Selle: State Rep. Rita Mayfield isn’t taking phantom primary opponent for granted

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A sign outside a Lake County polling place on election day 2019.

A sign outside a Lake County polling place on election day 2019.(Dan Moran/News-Sun)

Voters in the 60th Illinois House District have found they have a new pen pal in the runup to next week’s primary elections. State Rep. Rita Mayfield has been filling up their mailboxes the past weeks with campaign literature.

The Waukegan Democrat is working hard to make sure she is nominated for another term in the General Assembly. She is the only incumbent Lake County legislator with primary opposition on March 17, which is one of the oddities of this election being conducted in our plague year.

So far, there is no Republican candidate for the seat in the November election, which means the primary is the election in the 60th District. Mayfield faced no primary or general election opposition two years ago.

Fellow Waukeganite Diana Burdette is seeking to upset the highly accessible incumbent in the Democrat primary. Mayfield has held the seat in the district — which includes Waukegan and North Chicago, along with parts of Beach Park, Gurnee and Park City — since being appointed in 2010 after Eddie Washington, the county’s first African American legislator, died while in office.

Burdette, who has lived in Waukegan since 2010 and is a member of Clean Power Lake County, decided to run for the office after getting involved in the drive to end cancer-causing ethylene oxide emissions from manufacturing plants in Waukegan and Gurnee. She has done little campaigning and even less spending in the contest.

Meanwhile, Mayfield, who served on the Waukegan Unit School District 60 board of education before being tapped for the legislative seat, has garnered newspaper endorsements. She also has the backing of area elected officials, state and county labor unions, Planned Parenthood, pro-choice Personal PAC and the Sierra Club, among others.

Overall, she is a formidable candidate, long known in the community and well-versed on the issues facing the district, county and state. It’s a bridge too far for political newcomer Burdette to overcome.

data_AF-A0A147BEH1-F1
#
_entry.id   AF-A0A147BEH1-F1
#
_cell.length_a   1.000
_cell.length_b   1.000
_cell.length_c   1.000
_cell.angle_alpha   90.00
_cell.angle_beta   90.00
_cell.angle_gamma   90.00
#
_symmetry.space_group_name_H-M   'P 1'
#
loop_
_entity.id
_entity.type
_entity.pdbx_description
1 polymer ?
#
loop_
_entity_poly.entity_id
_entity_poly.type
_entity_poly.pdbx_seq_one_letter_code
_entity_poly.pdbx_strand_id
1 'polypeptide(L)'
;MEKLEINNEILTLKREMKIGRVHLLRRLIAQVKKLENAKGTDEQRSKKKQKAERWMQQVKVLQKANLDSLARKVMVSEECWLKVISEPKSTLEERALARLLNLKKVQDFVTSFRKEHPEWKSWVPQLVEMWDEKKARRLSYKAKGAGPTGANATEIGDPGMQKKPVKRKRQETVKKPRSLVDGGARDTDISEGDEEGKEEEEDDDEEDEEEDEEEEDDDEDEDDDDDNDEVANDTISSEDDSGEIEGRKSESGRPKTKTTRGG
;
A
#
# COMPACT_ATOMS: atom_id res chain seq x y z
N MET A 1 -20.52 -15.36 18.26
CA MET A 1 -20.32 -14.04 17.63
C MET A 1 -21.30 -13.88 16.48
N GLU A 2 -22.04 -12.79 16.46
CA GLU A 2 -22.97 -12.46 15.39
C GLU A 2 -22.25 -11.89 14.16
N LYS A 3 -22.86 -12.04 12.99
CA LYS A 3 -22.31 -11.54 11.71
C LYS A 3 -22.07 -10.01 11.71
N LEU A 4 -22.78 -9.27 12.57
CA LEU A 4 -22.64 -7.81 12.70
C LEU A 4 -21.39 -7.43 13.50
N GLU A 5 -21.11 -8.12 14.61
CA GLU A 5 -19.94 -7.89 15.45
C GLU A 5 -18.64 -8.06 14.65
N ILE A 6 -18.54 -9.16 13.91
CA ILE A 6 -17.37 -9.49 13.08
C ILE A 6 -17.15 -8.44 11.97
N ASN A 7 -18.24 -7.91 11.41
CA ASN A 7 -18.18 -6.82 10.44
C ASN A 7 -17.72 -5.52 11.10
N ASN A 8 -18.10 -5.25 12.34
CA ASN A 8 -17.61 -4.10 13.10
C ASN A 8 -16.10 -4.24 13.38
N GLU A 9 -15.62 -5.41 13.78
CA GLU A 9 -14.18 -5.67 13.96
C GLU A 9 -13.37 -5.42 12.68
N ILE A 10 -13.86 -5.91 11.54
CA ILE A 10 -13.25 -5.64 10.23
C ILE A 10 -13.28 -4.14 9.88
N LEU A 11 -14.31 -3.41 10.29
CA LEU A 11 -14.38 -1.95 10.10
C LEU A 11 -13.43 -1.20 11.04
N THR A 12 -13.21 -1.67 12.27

The incumbent has been sending out nearly a dozen of those slick and well-crafted mailers, because to become the next senator from the 30th Senate District, she needs to be re-elected to another two-year term. She would be a lock for the seat currently held by aging Terry Link of Indian Creek when he decides to retire, if she would want the post.

There also is the political adage of an incumbent not taking any opponent lightly. Additionally, there is the case years ago of the phantom candidate that still looms large in some Lake County political circles.

It was in the Democratic primary election of March 1976 when the rising political star of James Lumber was extinguished by a similar phantom opponent, James J. Cummings of Barrington.

Lumber, an original member of the College of Lake County board when it was constituted in 1967 and the mayor of Round Lake, was heavily favored in the party race.

Prize in the contest was being the Democrat standard-bearer in the general election to face off against incumbent Congressman Bob McClory of Lake Bluff in what was then the 13th Congressional District. Lumber was young and energetic; McClory a senior statesman elected to the U.S. House in 1972 who had been a state senator for 10 years prior.

Reporters and party folks couldn’t track down Cummings — he lived with his mother — to figure out where he stood on the issues. His campaign consisted of placing small “palm cards” proclaiming his pro-life stance — he turned out to be a one-issue candidate — on vehicle windshields during Sunday church services across the district.

The underdog campaign worked as Cummings edged out Lumber, who decided after the defeat to stick with his Grayslake law practice and leave his politics to local doings. Of course, Cummings went on to get creamed in the general election by McClory, who served another six years in Congress.

Which is one reason why Mayfield is spending freely from her substantial campaign-fund coffers. She doesn’t want to be taken out by this century’s phantom candidate.

Charles Selle is a former News-Sun reporter, political editor and editor.

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March 11, 2020 at 07:09PM

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